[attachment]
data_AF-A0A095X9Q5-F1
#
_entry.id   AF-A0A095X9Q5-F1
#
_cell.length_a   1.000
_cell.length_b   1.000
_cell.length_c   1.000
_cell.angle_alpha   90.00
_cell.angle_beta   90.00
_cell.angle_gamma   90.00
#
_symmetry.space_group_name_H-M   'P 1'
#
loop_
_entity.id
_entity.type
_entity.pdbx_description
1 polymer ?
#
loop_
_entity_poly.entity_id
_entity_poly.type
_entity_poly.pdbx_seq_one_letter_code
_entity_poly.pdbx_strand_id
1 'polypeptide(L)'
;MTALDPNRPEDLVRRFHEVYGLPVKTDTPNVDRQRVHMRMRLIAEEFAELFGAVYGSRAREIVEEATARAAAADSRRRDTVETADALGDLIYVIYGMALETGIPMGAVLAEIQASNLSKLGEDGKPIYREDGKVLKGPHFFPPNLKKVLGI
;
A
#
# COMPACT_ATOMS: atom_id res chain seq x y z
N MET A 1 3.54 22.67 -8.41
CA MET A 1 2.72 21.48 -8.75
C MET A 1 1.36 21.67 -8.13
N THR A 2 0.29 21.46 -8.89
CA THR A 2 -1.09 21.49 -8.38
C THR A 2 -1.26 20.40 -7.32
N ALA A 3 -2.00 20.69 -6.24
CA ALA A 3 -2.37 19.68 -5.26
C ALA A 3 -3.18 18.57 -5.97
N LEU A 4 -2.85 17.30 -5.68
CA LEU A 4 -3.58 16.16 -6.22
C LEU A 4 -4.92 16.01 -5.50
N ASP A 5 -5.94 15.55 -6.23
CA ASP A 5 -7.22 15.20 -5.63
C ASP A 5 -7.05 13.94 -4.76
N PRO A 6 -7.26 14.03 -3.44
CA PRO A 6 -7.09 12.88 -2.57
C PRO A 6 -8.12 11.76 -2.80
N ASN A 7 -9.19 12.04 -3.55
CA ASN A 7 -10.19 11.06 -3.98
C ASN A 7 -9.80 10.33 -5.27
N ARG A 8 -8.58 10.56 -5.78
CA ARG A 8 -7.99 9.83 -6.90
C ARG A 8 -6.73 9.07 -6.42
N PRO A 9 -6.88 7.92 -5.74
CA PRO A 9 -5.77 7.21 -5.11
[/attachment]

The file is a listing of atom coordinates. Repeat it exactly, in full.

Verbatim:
data_AF-A0A095X9Q5-F1
#
_entry.id   AF-A0A095X9Q5-F1
#
_cell.length_a   1.000
_cell.length_b   1.000
_cell.length_c   1.000
_cell.angle_alpha   90.00
_cell.angle_beta   90.00
_cell.angle_gamma   90.00
#
_symmetry.space_group_name_H-M   'P 1'
#
loop_
_entity.id
_entity.type
_entity.pdbx_description
1 polymer ?
#
loop_
_entity_poly.entity_id
_entity_poly.type
_entity_poly.pdbx_seq_one_letter_code
_entity_poly.pdbx_strand_id
1 'polypeptide(L)'
;MTALDPNRPEDLVRRFHEVYGLPVKTDTPNVDRQRVHMRMRLIAEEFAELFGAVYGSRAREIVEEATARAAAADSRRRDTVETADALGDLIYVIYGMALETGIPMGAVLAEIQASNLSKLGEDGKPIYREDGKVLKGPHFFPPNLKKVLGI
;
A
#
# COMPACT_ATOMS: atom_id res chain seq x y z
N MET A 1 3.54 22.67 -8.41
CA MET A 1 2.72 21.48 -8.75
C MET A 1 1.36 21.67 -8.13
N THR A 2 0.29 21.46 -8.89
CA THR A 2 -1.09 21.49 -8.38
C THR A 2 -1.26 20.40 -7.32
N ALA A 3 -2.00 20.69 -6.24
CA ALA A 3 -2.37 19.68 -5.26
C ALA A 3 -3.18 18.57 -5.97
N LEU A 4 -2.85 17.30 -5.68
CA LEU A 4 -3.58 16.16 -6.22
C LEU A 4 -4.92 16.01 -5.50
N ASP A 5 -5.94 15.55 -6.23
CA ASP A 5 -7.22 15.20 -5.63
C ASP A 5 -7.05 13.94 -4.76
N PRO A 6 -7.26 14.03 -3.44
CA PRO A 6 -7.09 12.88 -2.57
C PRO A 6 -8.12 11.76 -2.80
N ASN A 7 -9.19 12.04 -3.55
CA ASN A 7 -10.19 11.06 -3.98
C ASN A 7 -9.80 10.33 -5.27
N ARG A 8 -8.58 10.56 -5.78
CA ARG A 8 -7.99 9.83 -6.90
C ARG A 8 -6.73 9.07 -6.42
N PRO A 9 -6.88 7.92 -5.74
CA PRO A 9 -5.77 7.21 -5.11